Conservatives didn’t like campaign finance reform, imported steel tariffs and the corporate governance bill. They’re worried Bush II will be a “squish” like, in their view, his old man.
And many conservatives are unconvinced about creating a new Cabinet department, since they generally go for abolishing Cabinet departments.
They would at least like to see a Cabinet department with weak worker protections. That gives some hope to reducing the federal workforce.
So a veto here, while politically sensitive, would please a part of Dubya’s base.
At this point, you still may be saying: this still doesn’t add up.
It was Bush that put the Homeland Security department on the table, in a hastily assembled prime-time speech, as a way to cut off talk about what he knew before Sept. 11 and what’s wrong with the FBI and CIA.
Since it is seen as Bush's baby, if the department is not in place by the November elections because of his veto, the GOP runs the risk of being blamed.
Undercutting their own political gambit because of dumb-ass Heritage staffers, payback to the AFL-CIO, and cranky Beltway right-wingers, is not really intelligent politics.
You’re right, it’s not. This Administration is not very intelligent.
The only way Bush will avoid embarrassment is if a mushy compromise is forged in House-Senate conference.
That’s why it’s so imperative that Sen. Tom Daschle (D-SD) and Sen. Joe Lieberman (D-CT) go to the mat on this one. Because they’re in the right, and Bush doesn’t deserve an escape hatch.
While Lieberman has been showing what an ingrate he is regarding Gore this week, he also has showed resolve on this labor-protection issue. Let's see if he stays with it.
Dubya proposed the department for political reasons, not substantive ones. He should not be rewarded for adding politics on top of politics.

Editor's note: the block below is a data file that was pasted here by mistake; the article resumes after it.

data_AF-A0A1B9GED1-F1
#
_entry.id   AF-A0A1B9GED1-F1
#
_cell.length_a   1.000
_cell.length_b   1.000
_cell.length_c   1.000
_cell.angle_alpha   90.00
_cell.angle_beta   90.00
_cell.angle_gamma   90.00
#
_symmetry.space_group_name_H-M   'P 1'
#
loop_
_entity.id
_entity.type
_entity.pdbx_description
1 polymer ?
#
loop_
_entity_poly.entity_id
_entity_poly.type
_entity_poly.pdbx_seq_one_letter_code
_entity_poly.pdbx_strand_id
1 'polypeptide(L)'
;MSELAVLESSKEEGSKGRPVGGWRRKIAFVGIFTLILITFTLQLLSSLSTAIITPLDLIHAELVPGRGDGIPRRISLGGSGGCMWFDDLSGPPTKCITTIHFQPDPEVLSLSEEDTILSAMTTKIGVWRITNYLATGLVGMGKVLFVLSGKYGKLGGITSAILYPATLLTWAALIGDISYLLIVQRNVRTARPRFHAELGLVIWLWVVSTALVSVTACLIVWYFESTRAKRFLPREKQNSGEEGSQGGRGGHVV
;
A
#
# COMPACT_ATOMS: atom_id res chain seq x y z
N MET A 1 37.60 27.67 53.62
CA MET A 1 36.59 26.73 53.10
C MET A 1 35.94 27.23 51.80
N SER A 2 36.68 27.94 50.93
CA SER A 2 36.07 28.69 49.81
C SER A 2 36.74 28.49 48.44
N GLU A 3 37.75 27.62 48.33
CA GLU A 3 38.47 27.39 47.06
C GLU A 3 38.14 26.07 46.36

(July 30, 10:45 AM ET -- W. Post: Senate Delaying Vote on Homeland Security Dept.)
You may recall on July 10, LiberalOasis called attention to Bush Inc.’s efforts to politicize welfare for the 2002 elections.
Dubya was back on the road yesterday talking about welfare reform, but this time he had a specific Democratic bill to criticize, and criticize he did:
“Under the way they're kind of writing it right now, out of the Senate Finance Committee, some people could spend their entire five years -- there's a five-year work requirement -- on welfare, going to college.
“Now, that's not my view of helping people become independent. And it's certainly not my view of understanding the importance of work and helping people achieve the dignity necessary so they can live a free life, free from government control.”
The man who could not shut up about his education proposals in the campaign, now says college won’t lead to independence and dignity. It’s not like college could lead to a good-paying job or anything.
There are many jokes that could be said now, so why don’t you think of your own and share them with the world.
FROM THE MAILBAG
"I used to be in favor of this idea myself, but no longer am... Consider what happens to government programs, once they get identified as being primarily or entirely for poor people: they lose their advocates in Congress and the White House, and then get slashed. AFDC [what was welfare as we knew it] is the obvious example.
"Now consider that Medicaid--supposedly a poor people's program--has largely escaped the budget-cutters. Why? Because Medicaid has evolved from a program to provide medical care to poor families to one that also pays for seniors in nursing homes--many of whom have middle- and upper-class relatives who are benefiting from avoiding huge nursing-home bills (I'm in this category myself). Presto! Medicaid has powerful constituencies to advocate for its continued funding...
"My fear is that if Social Security becomes a means-tested program, it too will lose the upper-class constituencies it needs for its continued funding, and will eventually become another AFDC-type casualty."
July 29, 2002
After the Administration’s economic officials ducked the morning shows last week, the voice of Bush’s economic team surfaced today.
Or did he?
Treasury Secretary Paul O’Neill was dispatched to the top-rated Meet The Press to face Tim Russert, as well as CBS’ Face the Nation and Fox News Sunday, so he’s the voice, right?
But O’Neill would not directly answer the very first question from Russert: would he resign?
It would have been very easy to answer such a question with the standard, “I serve at the pleasure of the President.” Be he opted for a complete dodge. Start counting the days.
Well, if O’Neill’s not going to be the voice, it must be White House adviser Larry Lindsey, who popped up on ABC’s This Week and CNN’s Late Edition.